Every weight-loss journey starts with a moment of extreme frustration. For Gabriela Portillo, it was the day when she realized she could no longer zip up her winter coat.
“That was my breaking point,” Portillo, 32, who lives in Toronto, told TODAY. “I was like, OK, this is it. Enough is enough.”
It was the fall of 2017 and the avid traveler had just returned from a three-month backpacking trip to Europe — the most exhausting, unenjoyable backpacking experience she’d ever had because of her weight.
Standing 5 feet, 4 inches tall, Portillo reached 205 pounds — a BMI that put her in the obese category. She wasn’t able to complete certain hikes and felt defeated she that couldn’t fully enjoy all the amazing places she’d just visited.
It was a frustration years in the making. The weight began slowly piling on in her 20s when Portillo attended university,
“I wasn't very active and 100% of my eating was horrible. There was also an excessive amount of drinking, so calories just went to alcohol and eating takeout basically every day. I hardly ever cooked my own meals,” she recalled.
Constant yo-yo dieting meant she lost and gained “the same 10 pounds” for 10 years.
Back from that European trip, she was determined to finally slim down. It worked, but there were setbacks, mistakes and a major restart along the way.
Today, Portillo weighs about 150 pounds. She shared the lessons she learned for losing weight and maintaining that loss:
Don’t do anything drastic.
When Portillo first set out to lose a lot of weight, she took it too far.
“I set up horrible, horrible restrictions for myself,” she recalled. That included giving up all sweets, a rule that inspired the name of her Instagram account, @nomorecake4gaby. It was a drastic change for Portillo, who has a huge sweet tooth.
She also cut out all alcohol, ate only 1,200 calories a day and spent two or three hours at the gym most days of the week. She allowed herself “cheat days,” but called them a horrible mindset to have.
Portillo lost 70 pounds in nine months, but wasn’t able to maintain that lifestyle and regained about 50 pounds: “I fell into diet culture’s trap,” she said.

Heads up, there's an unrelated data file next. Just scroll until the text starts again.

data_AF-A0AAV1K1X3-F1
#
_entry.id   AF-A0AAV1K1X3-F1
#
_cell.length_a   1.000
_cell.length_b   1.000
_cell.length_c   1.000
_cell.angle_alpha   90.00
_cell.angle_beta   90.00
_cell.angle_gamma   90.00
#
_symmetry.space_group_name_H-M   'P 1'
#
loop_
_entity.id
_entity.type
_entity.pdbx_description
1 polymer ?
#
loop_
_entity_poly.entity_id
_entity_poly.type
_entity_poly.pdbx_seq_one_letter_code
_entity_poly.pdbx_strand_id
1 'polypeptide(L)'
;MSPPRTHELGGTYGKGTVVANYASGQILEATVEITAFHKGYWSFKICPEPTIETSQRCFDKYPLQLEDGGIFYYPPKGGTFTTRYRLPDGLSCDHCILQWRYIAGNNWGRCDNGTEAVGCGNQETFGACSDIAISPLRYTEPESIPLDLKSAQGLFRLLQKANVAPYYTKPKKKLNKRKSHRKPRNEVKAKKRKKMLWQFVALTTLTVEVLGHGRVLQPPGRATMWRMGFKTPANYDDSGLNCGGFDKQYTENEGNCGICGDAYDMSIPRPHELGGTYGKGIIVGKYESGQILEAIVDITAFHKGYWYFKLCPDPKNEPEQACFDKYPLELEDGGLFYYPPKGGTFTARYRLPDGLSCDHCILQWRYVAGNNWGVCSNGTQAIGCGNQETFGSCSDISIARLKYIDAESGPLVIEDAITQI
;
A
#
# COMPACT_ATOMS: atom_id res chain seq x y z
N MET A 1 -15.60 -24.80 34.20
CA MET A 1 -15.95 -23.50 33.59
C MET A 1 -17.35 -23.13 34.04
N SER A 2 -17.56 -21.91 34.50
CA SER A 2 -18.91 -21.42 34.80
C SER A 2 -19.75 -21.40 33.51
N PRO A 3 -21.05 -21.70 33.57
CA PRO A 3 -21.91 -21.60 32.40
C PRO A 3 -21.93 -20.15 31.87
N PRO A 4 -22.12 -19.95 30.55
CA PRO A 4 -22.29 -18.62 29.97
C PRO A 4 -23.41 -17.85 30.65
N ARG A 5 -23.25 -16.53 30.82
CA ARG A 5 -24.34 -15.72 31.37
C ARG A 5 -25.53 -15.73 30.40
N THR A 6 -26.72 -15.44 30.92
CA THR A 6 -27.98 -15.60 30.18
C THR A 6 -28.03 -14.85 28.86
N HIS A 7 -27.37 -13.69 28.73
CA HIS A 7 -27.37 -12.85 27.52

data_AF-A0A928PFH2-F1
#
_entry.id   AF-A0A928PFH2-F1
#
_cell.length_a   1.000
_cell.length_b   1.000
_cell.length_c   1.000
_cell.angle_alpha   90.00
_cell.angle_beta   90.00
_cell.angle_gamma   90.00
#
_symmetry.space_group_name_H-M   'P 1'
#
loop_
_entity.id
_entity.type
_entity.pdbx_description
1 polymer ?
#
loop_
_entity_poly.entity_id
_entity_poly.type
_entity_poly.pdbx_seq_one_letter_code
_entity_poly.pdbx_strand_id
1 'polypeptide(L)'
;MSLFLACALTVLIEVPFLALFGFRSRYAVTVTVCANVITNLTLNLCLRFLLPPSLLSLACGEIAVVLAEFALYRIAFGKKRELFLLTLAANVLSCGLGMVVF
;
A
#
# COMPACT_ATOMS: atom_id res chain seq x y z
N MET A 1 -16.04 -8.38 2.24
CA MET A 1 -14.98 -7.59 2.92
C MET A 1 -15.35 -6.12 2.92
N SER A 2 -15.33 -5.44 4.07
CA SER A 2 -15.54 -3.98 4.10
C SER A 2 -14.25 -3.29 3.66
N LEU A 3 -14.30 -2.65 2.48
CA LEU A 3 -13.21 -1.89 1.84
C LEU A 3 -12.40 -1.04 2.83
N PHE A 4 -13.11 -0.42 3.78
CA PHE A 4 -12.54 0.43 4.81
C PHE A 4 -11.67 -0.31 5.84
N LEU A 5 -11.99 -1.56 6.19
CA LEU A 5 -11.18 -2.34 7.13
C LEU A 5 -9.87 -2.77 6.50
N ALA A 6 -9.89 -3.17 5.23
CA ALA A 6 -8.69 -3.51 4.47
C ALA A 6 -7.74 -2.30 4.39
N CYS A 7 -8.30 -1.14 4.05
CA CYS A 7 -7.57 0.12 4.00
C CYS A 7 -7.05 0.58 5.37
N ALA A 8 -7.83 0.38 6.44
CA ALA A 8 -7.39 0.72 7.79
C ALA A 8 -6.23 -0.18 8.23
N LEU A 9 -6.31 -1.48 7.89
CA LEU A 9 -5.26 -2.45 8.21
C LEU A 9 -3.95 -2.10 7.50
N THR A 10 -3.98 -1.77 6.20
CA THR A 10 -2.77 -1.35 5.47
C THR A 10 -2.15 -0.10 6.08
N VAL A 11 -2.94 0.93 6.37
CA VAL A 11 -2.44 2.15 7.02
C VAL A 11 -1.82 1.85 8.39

Don’t expect weight-loss to solve your problems.
When Portillo reached her lowest weight of 135 pounds and fit into size 6 jeans, she was shocked to discover she felt miserable.
“(I thought), ‘When I get to that number I will love myself’ and I was completely, completely wrong,” she recalled. “I hated the way I looked… I had more confidence at my heaviest than I did all my lowest.”
The biggest mistake was not putting any effort into loving and appreciating her body, Portillo noted.
She decided fix her mindset and take some time away from social media, which she found toxic because she kept comparing herself to other people.
Create sustainable change.
Portillo restarted her weight-loss journey in the spring of 2020 after she lost her job in the hospitality industry amid the coronavirus lockdowns.
She was determined do things differently this time. Her rules are:
She can eat everything she wants, but in moderation: The focus is on portion control and fixing her relationship with food. She doesn’t shun carbs or fat. There’s no good food vs. bad food — it’s just food, she noted. “When I want to have a treat, I allow myself to have that,” Portillo said. “Before with my restrictions, it was like ‘No, I'm not going to have those Oreos.’ And then the day would come when I would eat the entire box of Oreos.”
She moves her body for joy: Since gyms were closed during the pandemic, Portillo began running and biking. Last summer, she challenged herself to bike from Toronto to Niagara Falls. “I’ve found exercise that I enjoy so it doesn't even feel like a chore anymore,” she said. “I wake up and I want to do it, which is just crazy to me because I never imagined I would want to wake up and run for fun.” Portillo runs five days a week, anywhere from 30 minutes to an hour-and-a-half each time; and does one-hour-long strength training workouts four days a week.
She counts calories and macros: Portillo wants to build more muscle, so she wants to know how much protein and how many carbs she’s putting in her body. Right now, she eats about 2,000 calories a day.
When diets end, people regain the weight, often more than they lost. The key is finding an eating and exercise routine you can do indefinitely.
“I've been consistent, that's the key in all of weight loss,” Portillo said. “I needed to find something that was sustainable for me that I could do for the rest of my life, and this is definitely it.”
Work on self-love.
Learning to love and appreciate her body has been a game changer for Portillo. It’s no longer about a certain weight or jean size, but happiness and confidence. The scale is a tool she uses to monitor her plan, but she’s not overly obsessive about it.
Portillo also feels physically better: She has more energy, her knees and lower back no longer ache and she sleeps well. “Overall, it’s just like night and day,” Portillo said.